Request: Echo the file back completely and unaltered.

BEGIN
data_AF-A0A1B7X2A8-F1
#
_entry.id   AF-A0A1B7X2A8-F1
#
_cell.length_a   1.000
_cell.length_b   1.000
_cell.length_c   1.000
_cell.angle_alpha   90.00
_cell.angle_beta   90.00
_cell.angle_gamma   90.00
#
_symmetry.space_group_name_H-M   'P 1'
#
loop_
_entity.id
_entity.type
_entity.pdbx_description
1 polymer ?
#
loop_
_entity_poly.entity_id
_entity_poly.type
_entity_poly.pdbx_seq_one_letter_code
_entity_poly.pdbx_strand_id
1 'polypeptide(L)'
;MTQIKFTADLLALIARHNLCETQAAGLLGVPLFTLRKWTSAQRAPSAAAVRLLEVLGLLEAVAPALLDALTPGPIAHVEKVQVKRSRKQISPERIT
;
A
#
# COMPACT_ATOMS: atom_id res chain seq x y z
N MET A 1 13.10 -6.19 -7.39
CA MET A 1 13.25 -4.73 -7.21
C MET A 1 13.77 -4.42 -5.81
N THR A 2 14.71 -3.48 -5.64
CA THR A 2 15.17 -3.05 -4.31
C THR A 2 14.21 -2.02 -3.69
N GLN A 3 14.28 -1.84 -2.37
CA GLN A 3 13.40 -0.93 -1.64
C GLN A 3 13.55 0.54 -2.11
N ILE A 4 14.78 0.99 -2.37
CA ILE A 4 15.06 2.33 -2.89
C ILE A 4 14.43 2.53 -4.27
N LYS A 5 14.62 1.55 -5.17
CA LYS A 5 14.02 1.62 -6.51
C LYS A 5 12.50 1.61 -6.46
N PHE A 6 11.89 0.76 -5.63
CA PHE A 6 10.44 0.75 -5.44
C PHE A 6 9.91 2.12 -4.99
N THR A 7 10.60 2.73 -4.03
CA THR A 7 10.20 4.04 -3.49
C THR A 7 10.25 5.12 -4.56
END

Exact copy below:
data_AF-A0A1B7X2A8-F1
#
_entry.id   AF-A0A1B7X2A8-F1
#
_cell.length_a   1.000
_cell.length_b   1.000
_cell.length_c   1.000
_cell.angle_alpha   90.00
_cell.angle_beta   90.00
_cell.angle_gamma   90.00
#
_symmetry.space_group_name_H-M   'P 1'
#
loop_
_entity.id
_entity.type
_entity.pdbx_description
1 polymer ?
#
loop_
_entity_poly.entity_id
_entity_poly.type
_entity_poly.pdbx_seq_one_letter_code
_entity_poly.pdbx_strand_id
1 'polypeptide(L)'
;MTQIKFTADLLALIARHNLCETQAAGLLGVPLFTLRKWTSAQRAPSAAAVRLLEVLGLLEAVAPALLDALTPGPIAHVEKVQVKRSRKQISPERIT
;
A
#
# COMPACT_ATOMS: atom_id res chain seq x y z
N MET A 1 13.10 -6.19 -7.39
CA MET A 1 13.25 -4.73 -7.21
C MET A 1 13.77 -4.42 -5.81
N THR A 2 14.71 -3.48 -5.64
CA THR A 2 15.17 -3.05 -4.31
C THR A 2 14.21 -2.02 -3.69
N GLN A 3 14.28 -1.84 -2.37
CA GLN A 3 13.40 -0.93 -1.64
C GLN A 3 13.55 0.54 -2.11
N ILE A 4 14.78 0.99 -2.37
CA ILE A 4 15.06 2.33 -2.89
C ILE A 4 14.43 2.53 -4.27
N LYS A 5 14.62 1.55 -5.17
CA LYS A 5 14.02 1.62 -6.51
C LYS A 5 12.50 1.61 -6.46
N PHE A 6 11.89 0.76 -5.63
CA PHE A 6 10.44 0.75 -5.44
C PHE A 6 9.91 2.12 -4.99
N THR A 7 10.60 2.73 -4.03
CA THR A 7 10.20 4.04 -3.49
C THR A 7 10.25 5.12 -4.56